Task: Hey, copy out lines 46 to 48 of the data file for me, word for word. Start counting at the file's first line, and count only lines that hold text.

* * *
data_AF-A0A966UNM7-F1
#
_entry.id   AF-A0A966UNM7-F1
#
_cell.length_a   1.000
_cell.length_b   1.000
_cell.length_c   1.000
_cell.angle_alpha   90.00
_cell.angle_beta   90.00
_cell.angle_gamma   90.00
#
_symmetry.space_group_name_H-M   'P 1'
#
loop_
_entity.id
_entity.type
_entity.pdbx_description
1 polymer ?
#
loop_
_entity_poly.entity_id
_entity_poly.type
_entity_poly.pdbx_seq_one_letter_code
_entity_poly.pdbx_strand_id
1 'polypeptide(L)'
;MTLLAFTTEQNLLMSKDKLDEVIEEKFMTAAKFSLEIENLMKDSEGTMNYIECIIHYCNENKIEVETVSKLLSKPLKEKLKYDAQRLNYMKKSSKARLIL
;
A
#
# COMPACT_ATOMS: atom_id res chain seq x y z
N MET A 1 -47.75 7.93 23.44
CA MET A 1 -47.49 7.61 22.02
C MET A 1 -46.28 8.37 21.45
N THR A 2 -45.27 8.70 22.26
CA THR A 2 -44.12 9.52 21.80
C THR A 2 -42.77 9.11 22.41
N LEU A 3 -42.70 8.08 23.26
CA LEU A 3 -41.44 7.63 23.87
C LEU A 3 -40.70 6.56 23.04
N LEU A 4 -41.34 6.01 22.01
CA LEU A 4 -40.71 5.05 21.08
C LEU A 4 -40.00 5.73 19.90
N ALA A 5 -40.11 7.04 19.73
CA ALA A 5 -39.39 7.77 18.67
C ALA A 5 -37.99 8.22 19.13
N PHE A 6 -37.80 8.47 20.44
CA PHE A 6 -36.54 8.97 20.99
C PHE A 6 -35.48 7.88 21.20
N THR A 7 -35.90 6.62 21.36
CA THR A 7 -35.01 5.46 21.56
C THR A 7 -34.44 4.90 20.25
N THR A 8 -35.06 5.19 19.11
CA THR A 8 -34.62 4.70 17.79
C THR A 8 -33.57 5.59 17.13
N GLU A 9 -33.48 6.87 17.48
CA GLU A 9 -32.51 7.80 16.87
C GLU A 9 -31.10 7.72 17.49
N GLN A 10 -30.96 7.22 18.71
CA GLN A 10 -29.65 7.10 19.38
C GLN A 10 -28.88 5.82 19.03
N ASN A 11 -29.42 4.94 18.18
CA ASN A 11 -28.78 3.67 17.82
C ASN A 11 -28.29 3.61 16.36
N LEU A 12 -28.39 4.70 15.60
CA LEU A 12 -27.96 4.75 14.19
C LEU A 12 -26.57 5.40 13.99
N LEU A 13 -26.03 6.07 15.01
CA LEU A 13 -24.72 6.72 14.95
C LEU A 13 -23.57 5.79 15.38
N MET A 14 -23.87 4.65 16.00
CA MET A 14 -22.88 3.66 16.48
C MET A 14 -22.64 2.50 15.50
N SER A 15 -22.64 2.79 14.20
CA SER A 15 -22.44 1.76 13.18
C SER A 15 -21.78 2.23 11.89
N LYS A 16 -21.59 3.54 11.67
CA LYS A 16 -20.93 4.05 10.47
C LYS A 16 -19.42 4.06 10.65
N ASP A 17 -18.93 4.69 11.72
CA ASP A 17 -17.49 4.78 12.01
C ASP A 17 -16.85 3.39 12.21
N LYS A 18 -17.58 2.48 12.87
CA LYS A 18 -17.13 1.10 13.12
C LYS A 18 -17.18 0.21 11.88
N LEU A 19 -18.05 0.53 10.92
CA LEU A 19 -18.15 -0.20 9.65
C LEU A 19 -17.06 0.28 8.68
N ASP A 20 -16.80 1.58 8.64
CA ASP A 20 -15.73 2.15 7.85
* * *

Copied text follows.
N PHE A 6 -37.80 8.47 20.44
CA PHE A 6 -36.54 8.97 20.99
C PHE A 6 -35.48 7.88 21.20